Some local eateries are currently struggling to stay afloat, not owing to lack of customers, but rather from difficulties in finding employees.
Most of their staff are foreign workers who have returned to their home countries for personal reasons or ending their contracts.
A café in Batu Bersurat recently announced on social media that it was forced to cease operations, because of insufficient staff.
A popular coffee shop in Gadong has issued a notice, apologising for any inconvenience caused as it is also having a hard time finding and keeping workers.
Another favourite restaurant in the Gadong area has had to change its operational hours, to allow time for its workers to have adequate rest.
An expert in the food and beverage industry said, “Such predicaments are not only affecting the restaurant sector but also the agricultural, domestic helper and construction sectors. Once these foreign workers balik kampong (return home), they will not want to come back. We are not alone in facing this.
“Perhaps a short, one-month basic training course could be conducted for locals who are interested about venturing on this career path. Or maybe we need to review or revise the existing wages, staff accommodation, uniforms, performances bonus and so on.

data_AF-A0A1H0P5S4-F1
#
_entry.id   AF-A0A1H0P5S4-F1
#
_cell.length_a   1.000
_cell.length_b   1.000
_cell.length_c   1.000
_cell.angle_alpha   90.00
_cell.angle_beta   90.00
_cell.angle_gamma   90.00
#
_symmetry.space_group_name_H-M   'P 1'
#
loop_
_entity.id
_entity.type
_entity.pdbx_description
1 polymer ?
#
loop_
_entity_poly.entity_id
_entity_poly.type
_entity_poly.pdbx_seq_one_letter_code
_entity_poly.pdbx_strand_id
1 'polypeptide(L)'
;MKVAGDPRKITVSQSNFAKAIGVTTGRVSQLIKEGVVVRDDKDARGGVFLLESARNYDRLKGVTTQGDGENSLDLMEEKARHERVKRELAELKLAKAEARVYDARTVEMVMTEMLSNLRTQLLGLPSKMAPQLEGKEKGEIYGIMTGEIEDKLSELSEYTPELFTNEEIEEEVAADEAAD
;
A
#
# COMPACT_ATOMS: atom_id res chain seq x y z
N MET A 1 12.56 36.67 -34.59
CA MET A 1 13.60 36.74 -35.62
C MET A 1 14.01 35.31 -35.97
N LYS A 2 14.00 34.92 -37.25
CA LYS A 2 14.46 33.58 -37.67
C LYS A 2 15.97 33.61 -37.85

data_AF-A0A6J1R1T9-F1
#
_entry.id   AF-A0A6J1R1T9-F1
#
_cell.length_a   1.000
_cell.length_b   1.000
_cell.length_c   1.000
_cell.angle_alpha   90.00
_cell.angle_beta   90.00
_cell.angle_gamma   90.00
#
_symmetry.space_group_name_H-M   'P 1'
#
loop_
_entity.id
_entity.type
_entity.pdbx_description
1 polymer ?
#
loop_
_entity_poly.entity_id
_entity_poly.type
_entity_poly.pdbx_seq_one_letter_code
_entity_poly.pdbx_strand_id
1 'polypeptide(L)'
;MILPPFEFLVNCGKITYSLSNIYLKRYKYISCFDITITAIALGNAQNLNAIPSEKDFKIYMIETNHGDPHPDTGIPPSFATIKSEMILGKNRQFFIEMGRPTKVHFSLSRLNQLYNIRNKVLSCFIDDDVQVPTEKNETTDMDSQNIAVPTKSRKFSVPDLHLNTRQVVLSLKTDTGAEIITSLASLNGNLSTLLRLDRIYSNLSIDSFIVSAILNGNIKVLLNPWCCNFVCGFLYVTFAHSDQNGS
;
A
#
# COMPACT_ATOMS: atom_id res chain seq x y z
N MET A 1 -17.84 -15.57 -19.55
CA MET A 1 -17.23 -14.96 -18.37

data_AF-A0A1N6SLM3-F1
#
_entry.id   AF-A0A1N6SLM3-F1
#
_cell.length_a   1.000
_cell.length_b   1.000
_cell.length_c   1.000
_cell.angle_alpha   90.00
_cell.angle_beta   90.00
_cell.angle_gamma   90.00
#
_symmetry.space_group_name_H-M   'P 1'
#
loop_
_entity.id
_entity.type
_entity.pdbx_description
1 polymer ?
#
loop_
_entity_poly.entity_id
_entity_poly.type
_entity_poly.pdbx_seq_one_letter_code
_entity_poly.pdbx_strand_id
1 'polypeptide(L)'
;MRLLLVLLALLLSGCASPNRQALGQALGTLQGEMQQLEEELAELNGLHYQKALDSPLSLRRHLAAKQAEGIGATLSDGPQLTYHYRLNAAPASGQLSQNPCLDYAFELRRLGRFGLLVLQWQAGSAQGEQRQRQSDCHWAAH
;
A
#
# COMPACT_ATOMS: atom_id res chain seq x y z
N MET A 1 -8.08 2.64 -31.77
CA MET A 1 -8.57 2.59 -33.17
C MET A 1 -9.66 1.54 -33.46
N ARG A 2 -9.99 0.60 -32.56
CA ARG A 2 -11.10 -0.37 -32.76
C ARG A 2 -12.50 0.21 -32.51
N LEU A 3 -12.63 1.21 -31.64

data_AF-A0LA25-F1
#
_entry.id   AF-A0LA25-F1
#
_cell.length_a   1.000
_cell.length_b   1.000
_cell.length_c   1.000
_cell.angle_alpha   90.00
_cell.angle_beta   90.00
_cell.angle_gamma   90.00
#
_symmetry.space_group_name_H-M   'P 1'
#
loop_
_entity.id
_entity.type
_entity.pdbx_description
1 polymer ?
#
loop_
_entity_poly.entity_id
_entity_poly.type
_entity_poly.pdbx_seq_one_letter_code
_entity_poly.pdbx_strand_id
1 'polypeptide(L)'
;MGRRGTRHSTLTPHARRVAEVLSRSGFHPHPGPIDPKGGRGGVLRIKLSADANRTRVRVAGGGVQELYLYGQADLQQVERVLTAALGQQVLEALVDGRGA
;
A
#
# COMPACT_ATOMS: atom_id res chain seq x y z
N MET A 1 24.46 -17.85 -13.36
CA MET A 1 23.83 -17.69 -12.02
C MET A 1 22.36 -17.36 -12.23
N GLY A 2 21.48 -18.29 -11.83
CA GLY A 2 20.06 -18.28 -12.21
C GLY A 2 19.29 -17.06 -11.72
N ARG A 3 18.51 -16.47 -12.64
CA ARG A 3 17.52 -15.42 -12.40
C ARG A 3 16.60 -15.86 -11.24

“Restaurants may even have to restructure their services to fast food eatery concepts.
“Employers should also send their staff to attend supervisor or managerial courses.”
Netizens said that restaurant positions such as chefs and waiting on tables are not very popular among locals, but most restaurant managers have no such reservations about hiring locals.
“It’s actually cheaper, as we don’t need to pay agent fees, rent accommodation and provide meals for them. There is also no need to worry about quotas and paying for their ticket every one or two years, depending on the contract,” said one restaurant owner.
Last April, the Department of Economic Planning and Statistics (JsEPS) said that the mid-year population estimate of Brunei Darussalam for 2020 was 453,600 persons compared to 459,500 in 2019, a decline of 1.3 per cent.
The decline is due to the decrease in the number of temporary residents by 10.9 per cent, from 94,200 in 2019 to 83,900 in 2020.
This is attributable to the travel restrictions during the COVID-19 pandemic, specifically on the entry of foreigners to Brunei Darussalam, where a number of foreign workers have left the country upon the expiration of contracts, while only a limited number of new foreign workers have been allowed to enter for certain sectors and jobs.